6th Rifle Corps

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The 6th Rifle Corps was a rifle corps of the Soviet Red Army.

The 6th Rifle Corps HQ was formed in Kiev in May 1922. The Corps was formed on the orders of the Commander of the Armed Forces of Ukraine and Crimea number 627/162 from May 23, 1922, in Kiev, part of Kiev and Kharkov Military District. On July 26, 1938, the Kiev Military District was converted to the Kiev Special Military District (KOVO), and army groups were formed. The headquarters of the Odessa Army Group (ODAGA) was formed on the basis of HQ 6th RC in Odessa. A new headquarters was formed for 6th RC in Odessa. On September 16 the Corps of ODAGA joined the Ukrainian Front.

The corps consisted of 41st, 97th, and 159th Rifle Divisions, part of 6th Army, Kiev Special Military District on 22 June 1941.[1] The corps was part of the 'operational army' from 22.06.1941 to 25.09.1941. On 22.06.1941, Corps Headquarters was at Yavorov. The divisions were located : 97th Rifle Division northwest Yavorov several deep northeast Yavorov 159th Infantry Division, and further still northeast Yavorov 41st Rifle Division.

Fighting started on 22.06.1941. 41st Rifle Division maintained the defence in the 6th Fortified Region (Rava-Ruska) and kept the defence there, where they managed to 23.06.1941 year to halt the German offensive. Moreover, part of the 41st Rifle Division not only held the area, but also entered the territory occupied by Germany, more than three kilometers away, at the end of the day were at the turn Zhychki, Teniatiska ( 2 km south of Lyubycha Królewska ) Brusno Nova, 97th Rifle Division - at the turn Mloduv, Hotynets . 159th Rifle Division on 22.06.1941 had to be moved from the area in the district Nemirov Mageruv. On 23/06/1941 enemy concentrated on wedging between 159th and 97th, endangering the army. By the evening of 24 July the gap between divisions reached 40 kilometers, which penetrated the enemy troops and by the evening of the same day took Nemirov.

On 25.06.1941, the 41st Rifle Division and the 159th Rifle Division held defense positions, the 97th Rifle Division, in conjunction with the 3rd Cavalry Division and parts of the 4th Mechanized Corps was tasked to restore the position on the flank of the German units, advancing along the highway and reach the line Drogomysl, Swidnica, Morantse .

Although the divisions was held fortified area, the morale of the troops left much to be desired. From 22 to 25/6/1941, there were about 5,000 deserters, 100 people were shot.

The 97th Division was unsuccessful, and although 6/26/1941, 41st Rifle Division and the 159th Rifle Division defended the area, they were forced to leave the position and start a planned withdrawal. The disorganized and battered 97th Rifle Division was concentrated in the area of the Stazhiska highway and the forest to the south.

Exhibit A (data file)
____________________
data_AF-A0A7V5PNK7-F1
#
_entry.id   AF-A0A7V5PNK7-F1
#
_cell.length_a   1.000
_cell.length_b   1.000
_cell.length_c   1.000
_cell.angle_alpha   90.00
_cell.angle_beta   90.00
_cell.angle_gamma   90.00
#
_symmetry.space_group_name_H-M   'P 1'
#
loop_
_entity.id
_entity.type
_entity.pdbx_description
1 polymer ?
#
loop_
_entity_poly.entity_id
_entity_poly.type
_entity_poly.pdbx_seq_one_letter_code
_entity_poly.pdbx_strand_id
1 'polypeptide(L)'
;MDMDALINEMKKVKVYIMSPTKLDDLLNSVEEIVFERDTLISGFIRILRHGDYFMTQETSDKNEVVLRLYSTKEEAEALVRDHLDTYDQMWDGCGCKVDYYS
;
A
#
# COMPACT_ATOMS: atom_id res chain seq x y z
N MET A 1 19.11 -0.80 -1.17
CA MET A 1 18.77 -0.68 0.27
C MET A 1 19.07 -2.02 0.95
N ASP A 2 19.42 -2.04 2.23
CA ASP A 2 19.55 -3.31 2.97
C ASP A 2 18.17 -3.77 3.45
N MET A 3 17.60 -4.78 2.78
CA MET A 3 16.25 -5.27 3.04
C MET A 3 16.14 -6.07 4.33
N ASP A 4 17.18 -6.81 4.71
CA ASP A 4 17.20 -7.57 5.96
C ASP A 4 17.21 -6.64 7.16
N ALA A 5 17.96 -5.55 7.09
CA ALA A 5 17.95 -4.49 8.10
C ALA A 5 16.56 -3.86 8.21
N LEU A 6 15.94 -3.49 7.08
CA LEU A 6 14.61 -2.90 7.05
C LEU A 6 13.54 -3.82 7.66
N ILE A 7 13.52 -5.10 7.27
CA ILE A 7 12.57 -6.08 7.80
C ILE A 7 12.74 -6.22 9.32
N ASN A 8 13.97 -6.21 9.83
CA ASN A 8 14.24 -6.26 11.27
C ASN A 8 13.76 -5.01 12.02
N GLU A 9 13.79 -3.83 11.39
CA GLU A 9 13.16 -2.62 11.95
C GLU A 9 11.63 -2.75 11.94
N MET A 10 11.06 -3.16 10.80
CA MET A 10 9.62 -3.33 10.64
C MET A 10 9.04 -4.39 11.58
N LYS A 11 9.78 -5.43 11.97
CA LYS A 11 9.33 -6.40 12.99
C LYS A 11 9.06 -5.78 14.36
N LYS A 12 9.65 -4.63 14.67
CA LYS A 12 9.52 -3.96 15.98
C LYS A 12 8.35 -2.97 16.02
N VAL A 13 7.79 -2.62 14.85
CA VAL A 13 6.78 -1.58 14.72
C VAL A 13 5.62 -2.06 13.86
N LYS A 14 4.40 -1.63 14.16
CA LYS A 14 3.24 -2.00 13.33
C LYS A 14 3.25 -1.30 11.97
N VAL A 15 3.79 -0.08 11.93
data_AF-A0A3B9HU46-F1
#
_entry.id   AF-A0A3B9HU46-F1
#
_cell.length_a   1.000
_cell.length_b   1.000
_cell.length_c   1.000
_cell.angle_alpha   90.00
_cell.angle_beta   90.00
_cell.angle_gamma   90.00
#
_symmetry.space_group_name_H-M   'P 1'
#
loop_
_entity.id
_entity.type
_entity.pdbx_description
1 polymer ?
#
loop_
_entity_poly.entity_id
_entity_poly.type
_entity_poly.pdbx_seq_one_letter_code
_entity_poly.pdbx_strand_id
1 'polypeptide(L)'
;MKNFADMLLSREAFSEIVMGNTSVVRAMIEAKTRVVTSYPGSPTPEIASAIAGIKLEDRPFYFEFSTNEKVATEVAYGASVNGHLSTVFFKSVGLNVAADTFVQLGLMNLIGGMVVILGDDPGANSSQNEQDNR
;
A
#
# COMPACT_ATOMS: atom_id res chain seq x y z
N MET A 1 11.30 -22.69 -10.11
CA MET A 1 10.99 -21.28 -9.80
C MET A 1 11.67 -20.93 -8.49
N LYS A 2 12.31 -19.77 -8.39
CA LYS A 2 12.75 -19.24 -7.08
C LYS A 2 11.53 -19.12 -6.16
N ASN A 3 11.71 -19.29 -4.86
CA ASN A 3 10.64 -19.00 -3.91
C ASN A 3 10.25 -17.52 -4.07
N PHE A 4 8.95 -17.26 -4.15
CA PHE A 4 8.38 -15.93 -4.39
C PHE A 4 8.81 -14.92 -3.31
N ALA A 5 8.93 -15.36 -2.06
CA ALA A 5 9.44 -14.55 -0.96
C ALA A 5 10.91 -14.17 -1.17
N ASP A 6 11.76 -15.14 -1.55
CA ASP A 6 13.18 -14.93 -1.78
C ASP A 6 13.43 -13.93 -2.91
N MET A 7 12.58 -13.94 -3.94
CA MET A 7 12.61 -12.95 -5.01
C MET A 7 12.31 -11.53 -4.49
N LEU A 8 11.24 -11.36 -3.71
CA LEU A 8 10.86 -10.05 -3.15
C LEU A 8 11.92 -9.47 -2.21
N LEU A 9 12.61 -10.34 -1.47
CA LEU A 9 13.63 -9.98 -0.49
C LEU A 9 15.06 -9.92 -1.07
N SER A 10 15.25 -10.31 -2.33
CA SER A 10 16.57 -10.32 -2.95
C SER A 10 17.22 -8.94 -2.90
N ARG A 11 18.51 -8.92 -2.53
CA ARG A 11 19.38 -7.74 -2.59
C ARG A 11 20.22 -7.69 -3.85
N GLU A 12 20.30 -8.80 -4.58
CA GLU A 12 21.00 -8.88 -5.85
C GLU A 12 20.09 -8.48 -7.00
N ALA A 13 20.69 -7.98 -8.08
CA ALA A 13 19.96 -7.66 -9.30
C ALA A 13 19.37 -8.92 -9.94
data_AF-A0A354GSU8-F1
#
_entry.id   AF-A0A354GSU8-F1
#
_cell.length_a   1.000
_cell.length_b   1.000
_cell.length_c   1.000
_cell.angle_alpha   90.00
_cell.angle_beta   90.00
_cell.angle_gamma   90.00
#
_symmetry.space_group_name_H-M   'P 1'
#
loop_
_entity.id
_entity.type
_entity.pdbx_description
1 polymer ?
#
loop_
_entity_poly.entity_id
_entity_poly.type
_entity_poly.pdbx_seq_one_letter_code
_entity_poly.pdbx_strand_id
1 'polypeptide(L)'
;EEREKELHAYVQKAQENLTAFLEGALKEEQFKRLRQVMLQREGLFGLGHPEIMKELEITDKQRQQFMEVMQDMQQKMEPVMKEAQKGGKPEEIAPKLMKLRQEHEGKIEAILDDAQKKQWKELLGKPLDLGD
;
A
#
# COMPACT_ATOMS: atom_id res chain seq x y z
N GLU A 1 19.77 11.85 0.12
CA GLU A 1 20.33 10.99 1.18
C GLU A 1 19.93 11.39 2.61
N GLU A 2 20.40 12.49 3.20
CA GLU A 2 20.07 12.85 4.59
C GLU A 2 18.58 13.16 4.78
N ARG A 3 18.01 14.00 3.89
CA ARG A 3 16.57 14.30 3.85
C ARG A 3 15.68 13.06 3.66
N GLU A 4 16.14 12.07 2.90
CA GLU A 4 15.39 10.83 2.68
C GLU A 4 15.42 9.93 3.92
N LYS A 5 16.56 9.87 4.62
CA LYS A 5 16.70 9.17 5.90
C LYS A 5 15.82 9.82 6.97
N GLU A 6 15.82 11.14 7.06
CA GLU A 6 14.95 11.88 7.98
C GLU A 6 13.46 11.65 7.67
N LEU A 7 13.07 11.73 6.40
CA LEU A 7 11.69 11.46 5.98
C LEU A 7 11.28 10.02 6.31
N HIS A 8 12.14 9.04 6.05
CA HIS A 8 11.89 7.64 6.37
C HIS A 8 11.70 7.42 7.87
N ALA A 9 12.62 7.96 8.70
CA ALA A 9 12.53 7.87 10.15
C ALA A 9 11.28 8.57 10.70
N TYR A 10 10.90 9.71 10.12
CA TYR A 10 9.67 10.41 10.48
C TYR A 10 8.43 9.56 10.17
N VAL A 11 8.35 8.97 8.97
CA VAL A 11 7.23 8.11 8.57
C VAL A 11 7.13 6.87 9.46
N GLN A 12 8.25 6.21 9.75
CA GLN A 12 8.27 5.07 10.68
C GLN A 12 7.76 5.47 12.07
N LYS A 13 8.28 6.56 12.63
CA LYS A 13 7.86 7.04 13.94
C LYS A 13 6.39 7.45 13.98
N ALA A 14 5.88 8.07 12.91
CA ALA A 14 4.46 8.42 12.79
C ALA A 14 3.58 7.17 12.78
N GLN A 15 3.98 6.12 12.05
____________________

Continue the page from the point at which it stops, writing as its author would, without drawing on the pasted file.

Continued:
On 07/08/1941 the corps supported by the 186th Anti-Tank Regiment, the 109th and 229th corps artillery regiments and 30 tanks of the 12th Tank Division went on the offensive, providing the right flank of 26th Army's assault group, advanced a few tens of kilometers. However the troops were forced to turn to the north, in the direction of Kiev, on the flank of the enemy troops. After the onset of the corps, as a combat unit ceased to exist, that is, the body is left alone control, and body connection were directly subordinated to the army.

The corps headquarters was officially disbanded on 25 September 1941, probably after being destroyed during the initial phase of Operation Barbarossa.

Second formation was formed in summer 1942 and became 19th Guards Rifle Corps on 19 April 1943. Third formation was established in May 1943, and fought through the rest of the war. On Jan. 1, 1944, the corps was in 59th Army and was under command of Mjr. Gen. S.P. Mikil'sky, and consisted of 65th, 239th and 310th Rifle Divisions.[2]

The corps headquarters was moved from Latvia to the North Caucasus, and established at Stalingrad in August 1945.[3] In October 1945 the corps comprised the 10th Rifle Division, 109th Rifle Division and 327th Rifle Division, the first two in the vicinity of what was then still Stalingrad and the third possibly at Kamyshin. On 4 February 1946 it came under the control of the North Caucasus Military District and at the same time all three divisions became independent rifle brigades: the 15th, 18th, and 46th. But the 15th Ind Rifle Brigade disbanded in 1947. On 22 August 1949 the corps came again under the command of the reformed Don Military District with its two brigades located at Stalingrad (18th) and Uryupinsk (46th). In October 1953 the brigades were expanded into divisions and became the 68th Mechanised Division at Stalingrad and the 372nd Rifle Division at Uryupinsk. The 372nd Rifle Division was redesignated as the 68th Rifle Division in June 1955.

On 10 June 1957 both the divisions and the corps headquarters was redesignated, the corps becoming the 6th Army Corps:

The corps was disbanded in 1960.


  1. ^ 6th Army, Kiev Special Military District, Red Army, 22.06.41
  2. ^ David M. Glantz, The Battle for Leningrad, 1941 - 1944, University Press of Kansas, Lawrence, KS, 2002, p 521
  3. ^ Michael Holm 6th Army Corps, 2015, and V.I. Feskov et al 2013.

Further reading[edit]

  • Pokrovsky, Gen.Col., Perecheni No.4: Headquarters of corps included in the structure of the active army during the years of the Great Patriotic War 1941-1945, Military-Scientific Directorate of General Staff, Moscow, 1954